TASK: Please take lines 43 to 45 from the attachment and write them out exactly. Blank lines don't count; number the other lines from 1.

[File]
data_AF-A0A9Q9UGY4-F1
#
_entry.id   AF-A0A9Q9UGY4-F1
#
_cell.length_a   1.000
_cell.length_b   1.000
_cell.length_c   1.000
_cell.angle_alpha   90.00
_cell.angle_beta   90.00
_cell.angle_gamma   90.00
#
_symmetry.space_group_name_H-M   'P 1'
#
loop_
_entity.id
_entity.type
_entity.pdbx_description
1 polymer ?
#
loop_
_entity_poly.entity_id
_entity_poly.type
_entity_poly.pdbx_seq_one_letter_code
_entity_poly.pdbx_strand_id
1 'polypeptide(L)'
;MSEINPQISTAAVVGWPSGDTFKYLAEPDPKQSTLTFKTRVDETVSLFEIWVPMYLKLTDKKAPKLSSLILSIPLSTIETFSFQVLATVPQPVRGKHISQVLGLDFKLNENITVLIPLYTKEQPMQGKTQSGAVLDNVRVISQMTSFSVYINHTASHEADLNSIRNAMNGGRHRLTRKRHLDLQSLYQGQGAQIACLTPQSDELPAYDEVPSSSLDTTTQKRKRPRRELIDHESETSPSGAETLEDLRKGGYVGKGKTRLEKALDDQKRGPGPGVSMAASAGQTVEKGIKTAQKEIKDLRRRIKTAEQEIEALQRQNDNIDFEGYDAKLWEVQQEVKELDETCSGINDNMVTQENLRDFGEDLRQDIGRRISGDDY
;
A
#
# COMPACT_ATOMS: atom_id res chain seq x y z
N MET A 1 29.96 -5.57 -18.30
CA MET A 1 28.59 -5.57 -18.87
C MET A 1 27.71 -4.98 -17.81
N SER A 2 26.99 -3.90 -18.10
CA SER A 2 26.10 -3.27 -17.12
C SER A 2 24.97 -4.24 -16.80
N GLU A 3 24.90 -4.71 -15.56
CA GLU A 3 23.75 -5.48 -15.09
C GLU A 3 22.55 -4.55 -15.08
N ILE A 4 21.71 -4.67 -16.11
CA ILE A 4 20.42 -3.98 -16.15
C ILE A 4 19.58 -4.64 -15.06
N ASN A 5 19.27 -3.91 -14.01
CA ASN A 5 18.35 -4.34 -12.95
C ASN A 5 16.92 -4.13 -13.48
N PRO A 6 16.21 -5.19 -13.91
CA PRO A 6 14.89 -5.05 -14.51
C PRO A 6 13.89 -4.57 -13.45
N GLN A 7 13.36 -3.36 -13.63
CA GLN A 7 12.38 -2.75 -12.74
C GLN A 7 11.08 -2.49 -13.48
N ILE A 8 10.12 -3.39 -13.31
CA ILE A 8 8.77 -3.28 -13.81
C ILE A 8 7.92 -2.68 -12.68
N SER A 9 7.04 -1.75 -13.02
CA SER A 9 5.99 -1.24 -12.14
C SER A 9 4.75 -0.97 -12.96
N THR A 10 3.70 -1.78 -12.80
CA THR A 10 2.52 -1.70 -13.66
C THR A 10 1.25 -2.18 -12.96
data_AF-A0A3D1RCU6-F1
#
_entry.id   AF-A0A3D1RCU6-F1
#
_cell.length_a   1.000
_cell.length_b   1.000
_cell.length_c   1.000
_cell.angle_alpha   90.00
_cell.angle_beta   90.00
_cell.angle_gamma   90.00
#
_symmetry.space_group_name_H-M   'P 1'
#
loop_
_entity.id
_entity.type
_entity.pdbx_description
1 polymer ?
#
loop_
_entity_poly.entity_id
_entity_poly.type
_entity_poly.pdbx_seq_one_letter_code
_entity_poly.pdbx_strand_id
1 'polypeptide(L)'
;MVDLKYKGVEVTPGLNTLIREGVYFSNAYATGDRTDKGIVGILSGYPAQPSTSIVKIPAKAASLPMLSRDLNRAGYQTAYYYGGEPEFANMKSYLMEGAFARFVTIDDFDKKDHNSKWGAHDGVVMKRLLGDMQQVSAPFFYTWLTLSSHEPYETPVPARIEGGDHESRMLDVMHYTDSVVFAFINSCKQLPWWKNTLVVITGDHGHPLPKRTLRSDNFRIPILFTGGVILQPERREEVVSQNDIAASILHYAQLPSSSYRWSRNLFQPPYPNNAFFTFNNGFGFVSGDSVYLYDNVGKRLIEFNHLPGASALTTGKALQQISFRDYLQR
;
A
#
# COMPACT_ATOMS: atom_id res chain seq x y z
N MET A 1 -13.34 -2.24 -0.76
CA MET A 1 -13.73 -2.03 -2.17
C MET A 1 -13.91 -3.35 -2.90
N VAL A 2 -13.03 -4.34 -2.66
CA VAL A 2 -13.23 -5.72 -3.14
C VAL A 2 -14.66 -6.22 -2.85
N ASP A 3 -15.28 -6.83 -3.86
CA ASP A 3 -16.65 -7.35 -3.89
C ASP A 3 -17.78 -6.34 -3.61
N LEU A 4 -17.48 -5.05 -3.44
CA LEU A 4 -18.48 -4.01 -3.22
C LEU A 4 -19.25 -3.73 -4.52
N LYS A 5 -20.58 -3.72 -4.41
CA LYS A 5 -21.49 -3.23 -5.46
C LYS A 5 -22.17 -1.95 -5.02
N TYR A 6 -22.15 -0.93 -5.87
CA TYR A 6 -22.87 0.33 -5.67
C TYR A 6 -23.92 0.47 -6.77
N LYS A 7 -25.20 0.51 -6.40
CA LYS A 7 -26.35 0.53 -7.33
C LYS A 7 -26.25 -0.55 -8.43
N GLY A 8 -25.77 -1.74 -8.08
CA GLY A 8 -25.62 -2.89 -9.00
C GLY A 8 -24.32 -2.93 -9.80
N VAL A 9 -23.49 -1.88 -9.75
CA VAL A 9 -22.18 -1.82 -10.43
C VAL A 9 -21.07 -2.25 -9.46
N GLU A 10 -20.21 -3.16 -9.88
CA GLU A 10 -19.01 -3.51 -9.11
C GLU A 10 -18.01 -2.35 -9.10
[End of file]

N ASN A 5 19.27 -3.91 -14.01
CA ASN A 5 18.35 -4.34 -12.95
C ASN A 5 16.92 -4.13 -13.48